Chic & You : The Film Series

Chic & You : The Film Series

Funny Face


Thursday, October 21 at 6:30 p.m.
Free for members and students* • $15 non-members
In Person • In English

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*Students with IDs on-site / .edu addresses online. High school, college, or university

 

Put your best foot forward when we roll out the red carpet for you with the chic-est film series in Chic-ago! A flute of bubbles included. Enter a chance to win a getaway one-night stay at the Sofitel at each screening!

 

Funny Face (1957, Stanley Donen)

We all know Hollywood It Girls; but no one is more of an It Girl than Audrey Hepburn, our favorite international trendsetter who was always the best dressed in Givenchy. 

Audrey Hepburn rose to prominence with the 1953 film Roman Holiday, and was the first woman to win an Oscar, Golden Globe, and a BAFTA Award for her performance. By the time Funny Face was released, Hepburn was already a full-fledged Hollywood starlet. Much of Hepburn’s personal style is also reflected in her silver screen roles- the little black dress, polo neck top, ballet flats, and skinny black cigarette pants are all staples of any Audrey-inspired wardrobe. Hepburn’s timeless style, personality, and humanitarian efforts will no doubt continue to inspire generations of people for years to come.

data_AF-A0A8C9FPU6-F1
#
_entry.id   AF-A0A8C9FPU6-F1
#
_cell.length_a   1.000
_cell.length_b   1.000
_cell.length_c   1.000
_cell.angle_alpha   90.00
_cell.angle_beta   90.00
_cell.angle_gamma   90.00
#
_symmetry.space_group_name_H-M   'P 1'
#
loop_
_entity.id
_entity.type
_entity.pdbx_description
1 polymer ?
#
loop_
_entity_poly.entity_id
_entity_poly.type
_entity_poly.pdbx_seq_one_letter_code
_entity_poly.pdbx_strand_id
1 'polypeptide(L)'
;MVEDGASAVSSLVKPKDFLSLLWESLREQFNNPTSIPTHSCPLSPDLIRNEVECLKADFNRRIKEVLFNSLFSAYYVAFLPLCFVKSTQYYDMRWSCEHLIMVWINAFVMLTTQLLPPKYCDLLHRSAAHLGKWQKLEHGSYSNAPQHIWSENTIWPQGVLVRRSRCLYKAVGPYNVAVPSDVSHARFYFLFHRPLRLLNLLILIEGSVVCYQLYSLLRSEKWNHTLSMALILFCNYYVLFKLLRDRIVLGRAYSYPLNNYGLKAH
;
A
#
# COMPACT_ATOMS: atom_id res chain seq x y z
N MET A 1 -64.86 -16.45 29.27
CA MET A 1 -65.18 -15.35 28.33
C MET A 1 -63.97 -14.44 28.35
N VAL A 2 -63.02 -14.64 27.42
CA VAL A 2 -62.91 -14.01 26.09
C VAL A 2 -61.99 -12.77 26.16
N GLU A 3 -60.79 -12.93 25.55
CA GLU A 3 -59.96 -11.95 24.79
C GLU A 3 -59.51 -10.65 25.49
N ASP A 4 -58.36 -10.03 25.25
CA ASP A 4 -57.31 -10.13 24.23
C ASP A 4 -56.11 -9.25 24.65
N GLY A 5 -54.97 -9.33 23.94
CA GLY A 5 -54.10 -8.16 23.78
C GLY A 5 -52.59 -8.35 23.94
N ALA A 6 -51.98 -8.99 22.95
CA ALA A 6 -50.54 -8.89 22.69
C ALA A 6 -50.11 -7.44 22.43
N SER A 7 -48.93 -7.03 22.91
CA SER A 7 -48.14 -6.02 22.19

Funny Face tells the story of the bookish and alluring Jo (Audrey Hepburn), who is discovered by a photographer (Fred Astaire) for a popular fashion magazine. Deciding he needs a beautiful, fresh face for his next campaign, he takes her to Paris to see if she really has that certain je ne sais quoi. Reluctant at first, Jo agrees to go along in hopes of meeting her favorite philosopher. But does the beatnik life really go with haute couture? Does the left bank mix with the Champs-Élysées? Will Astaire and Hepburn be too busy breaking out into song to find l'amour? I guess we’ll just have to find out!

 

The Paris outfits were designed by Hubert de Givenchy, the famous French fashion couturier. Givenchy's style has been described as "casual chic, aristocratic elegance and feminine," a typical style upon the film's release. One of the most iconic outfits in the movie that captures Givenchy's style is a bridal gown with a full ballerina-length skirt and a slim-fitting drop-waisted bodice. The bridal gown also has a bateau neckline, which originated in sailors' clothes but came into fashion in the 1920s when Coco Chanel incorporated the style into her runways. The neckline was later picked up and incorporated into the Beatnik style during the 1950s. Beatniks also play a prominent role in the film, and Hepburn wears a classic Beatnik outfit of a black turtleneck and tight black pants. 

Hubert de Givenchy and Audrey Hepburn had a partnership that lasted four decades and is often thought of as the basis for many celebrities being the "face" of a specific fashion designer or brand. However, this relationship was about more than a surface-level appearance. Hepburn famously described Givenchy's designs as, "The only ones I feel myself in. He is more than a designer; he is a creator of personality." Hepburn had a public image of being graceful and elegant, so when she wore Givenchy's designs, his fashion became associated with the same public image. For example, while other designers previously had their versions of the little black dress, when Audrey Hepburn wore one designed by Givenchy in Breakfast at Tiffany's, it took the idea to new elegant heights. --Jarrod Schroll